What do you do when half of your crew bails to chase Animal Chin in California?
You skate with what’s left.
A week after local hero, pro skateboarder, and X-Games spokesman Alec Majerus’ “The Alec Majerus Project” played on ABC for families nationwide, the scene he came from will premiere their vision of skateboarding at the Bleu Duck.
The movie, titled “Whats Left,” filmed mostly on a GoPro, is as underground as it gets. It documents a crew of friends going out and doing what they love. On display are the talents of Cory Distad, Cole Peterson, Jordan Garris, Daliso Chitulangoma, Donnie Chuop, Josiah Clarke, Andrew Woodward, Torre Johnson, Kody Kleber, and Collin Gaul. Ryan Schoeppner edited the film. According to Gaul, viewers should expect some never been done at famous Rochester spots. Some parts will be released for free online after the premiere, but some will only be seen at showings of the film.
Details for the event, like the particulars of the after-party, are still being hammered out. They’ll be released on Facebook when finalized. Keep refreshing this page until then: bit.ly/2f26u09.
507: Why is it important to put a regional skate film together?
Gaul: The idea behind doing it basically came from the fact that there’s not a lot of the skateboarding scene left in Rochester after all the kids kind of followed Alec out to California. We just wanted to create some hype and hopefully get some younger kids into skateboarding and really try to hype the scene as best we can here in Rochester.
507: Is that a pretty deep tradition in skateboarding? What role does a video play for the sport?
Gaul: The video just, for skateboarders, it’s going out and working to get those tricks. Skateboarding’s life lesson is basically, ‘You fall down. You get up. You try again.’ In the streets, when you’re filming, you have something that you’ve seen that you want to do a trick on, and you’ve got to fight for that trick. Once you accomplish it and get it on video, it’s just, the feeling behind landing what you wanted to do and fighting for it.
507: What was the toughest spot you guys filmed at? Did you have to show up anywhere at, like, 3 in the morning or anything?
Gaul: There were a couple spots we went to that, security was fierce, or the owners of the business that we were skating at were very non-compliant. We went out on Marion Road, or something like that, and we were skating and we got to skate it for a while. Then the sheriff showed up and he just put a kabash to it. He was not happy. He told us, this is private property and we had no business being there and he ran all of our names. He basically said that if he ever caught us back there again that we’d be pressed with charges. For skating at a spot. Not doing any harm, we weren’t grinding anything, we were just gapping* off of a loading dock. [*note: gapping means jumping over a gap]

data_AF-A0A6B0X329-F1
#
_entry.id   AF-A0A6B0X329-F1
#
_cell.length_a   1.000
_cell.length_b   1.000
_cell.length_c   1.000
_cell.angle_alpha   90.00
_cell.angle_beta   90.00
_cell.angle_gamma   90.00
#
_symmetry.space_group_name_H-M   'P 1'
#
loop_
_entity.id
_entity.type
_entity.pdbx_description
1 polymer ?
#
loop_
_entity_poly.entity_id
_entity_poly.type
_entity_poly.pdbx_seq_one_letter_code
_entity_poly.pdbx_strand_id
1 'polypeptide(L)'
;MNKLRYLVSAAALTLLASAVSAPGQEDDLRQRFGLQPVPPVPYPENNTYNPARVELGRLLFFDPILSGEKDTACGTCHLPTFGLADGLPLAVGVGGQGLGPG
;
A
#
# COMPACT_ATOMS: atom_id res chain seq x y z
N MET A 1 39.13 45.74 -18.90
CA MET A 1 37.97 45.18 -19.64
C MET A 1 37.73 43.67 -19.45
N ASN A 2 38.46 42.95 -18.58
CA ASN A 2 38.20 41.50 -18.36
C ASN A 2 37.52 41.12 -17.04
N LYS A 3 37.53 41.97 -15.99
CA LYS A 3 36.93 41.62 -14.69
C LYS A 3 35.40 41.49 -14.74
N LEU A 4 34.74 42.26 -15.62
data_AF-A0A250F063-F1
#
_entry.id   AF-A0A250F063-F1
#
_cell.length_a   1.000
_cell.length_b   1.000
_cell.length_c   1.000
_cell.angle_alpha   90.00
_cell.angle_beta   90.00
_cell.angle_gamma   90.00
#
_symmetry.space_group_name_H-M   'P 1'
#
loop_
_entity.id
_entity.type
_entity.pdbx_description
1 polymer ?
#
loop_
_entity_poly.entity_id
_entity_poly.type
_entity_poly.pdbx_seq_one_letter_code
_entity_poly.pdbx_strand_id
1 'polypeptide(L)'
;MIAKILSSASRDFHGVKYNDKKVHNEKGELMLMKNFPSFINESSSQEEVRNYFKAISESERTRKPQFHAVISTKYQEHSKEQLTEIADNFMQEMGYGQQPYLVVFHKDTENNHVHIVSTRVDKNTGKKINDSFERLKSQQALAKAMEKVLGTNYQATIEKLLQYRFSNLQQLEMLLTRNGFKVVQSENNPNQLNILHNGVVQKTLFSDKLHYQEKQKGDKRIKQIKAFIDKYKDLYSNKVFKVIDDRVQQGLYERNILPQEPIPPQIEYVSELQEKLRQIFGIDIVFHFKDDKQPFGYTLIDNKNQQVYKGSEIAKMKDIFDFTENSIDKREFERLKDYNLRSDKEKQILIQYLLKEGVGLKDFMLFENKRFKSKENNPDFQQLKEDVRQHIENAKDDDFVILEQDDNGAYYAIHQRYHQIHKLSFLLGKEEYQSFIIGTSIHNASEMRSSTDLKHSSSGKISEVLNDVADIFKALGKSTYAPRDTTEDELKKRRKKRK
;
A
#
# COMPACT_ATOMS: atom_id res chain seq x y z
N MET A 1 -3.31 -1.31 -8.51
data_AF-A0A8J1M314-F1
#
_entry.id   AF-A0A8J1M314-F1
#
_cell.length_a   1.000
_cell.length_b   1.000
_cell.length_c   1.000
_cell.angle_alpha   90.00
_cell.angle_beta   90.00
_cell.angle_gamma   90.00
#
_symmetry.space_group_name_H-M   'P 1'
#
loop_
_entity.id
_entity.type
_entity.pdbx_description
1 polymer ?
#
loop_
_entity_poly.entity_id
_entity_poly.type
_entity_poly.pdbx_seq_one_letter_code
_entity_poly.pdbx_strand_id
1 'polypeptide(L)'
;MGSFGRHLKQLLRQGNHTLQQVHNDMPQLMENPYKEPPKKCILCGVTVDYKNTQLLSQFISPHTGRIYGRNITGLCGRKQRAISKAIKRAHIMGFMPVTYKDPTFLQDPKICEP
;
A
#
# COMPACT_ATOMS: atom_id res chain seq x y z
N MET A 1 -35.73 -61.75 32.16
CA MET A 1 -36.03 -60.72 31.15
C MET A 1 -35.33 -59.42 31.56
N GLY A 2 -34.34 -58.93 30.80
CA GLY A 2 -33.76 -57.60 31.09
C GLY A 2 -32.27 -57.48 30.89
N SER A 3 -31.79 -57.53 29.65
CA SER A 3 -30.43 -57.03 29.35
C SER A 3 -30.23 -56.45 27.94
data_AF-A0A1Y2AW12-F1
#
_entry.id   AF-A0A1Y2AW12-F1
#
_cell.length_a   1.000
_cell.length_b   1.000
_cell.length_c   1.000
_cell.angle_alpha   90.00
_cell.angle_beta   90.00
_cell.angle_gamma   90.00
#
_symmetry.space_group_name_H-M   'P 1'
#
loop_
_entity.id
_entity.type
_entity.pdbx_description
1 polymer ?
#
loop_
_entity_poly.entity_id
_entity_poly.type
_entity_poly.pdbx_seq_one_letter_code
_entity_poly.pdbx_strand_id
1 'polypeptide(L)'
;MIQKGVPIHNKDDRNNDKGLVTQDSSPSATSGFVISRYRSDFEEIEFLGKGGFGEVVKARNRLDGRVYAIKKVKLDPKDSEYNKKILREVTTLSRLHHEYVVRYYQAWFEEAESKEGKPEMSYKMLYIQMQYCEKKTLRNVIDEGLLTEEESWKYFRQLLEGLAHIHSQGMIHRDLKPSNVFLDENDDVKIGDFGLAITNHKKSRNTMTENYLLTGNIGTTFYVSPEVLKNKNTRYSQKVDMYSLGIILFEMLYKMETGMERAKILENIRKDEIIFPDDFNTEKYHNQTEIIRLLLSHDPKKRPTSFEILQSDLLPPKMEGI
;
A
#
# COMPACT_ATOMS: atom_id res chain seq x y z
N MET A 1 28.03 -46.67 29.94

507: Who has the film’s standout part? What’s the gnarliest trick anybody got?
Gaul: Standout part, I mean, Corey Distad is just, he’s one of the best of what’s left here in Rochester after all the kids moved out to Cali. Then you’ve got young guns like Cole Peterson and Daliso that just, they tore it apart as well.
I’m not really going to give away what the ender tricks are, but they all got some enders that are just going to be mindblowing.
507: How do you make friends at a skateboard premiere? What’s a good ice breaker?
Gaul: The best way to really do it is just going to be to recognize the hype. If you’re in the crowd watching the video and somebody lands a big trick, doing your oohs and ahhs and cheering them on and clapping, that really hypes up the person that did that trick. They’re going to be stoked on you being stoked on them. That’s skateboarding. It all revolves around hype. If you go out to skate a spot and there’s no hype, no one’s really going to do anything. That’s just how it goes. You’ve gotta keep the session lit. Hype, that’s what all skateboarders look for, people who respect what they do.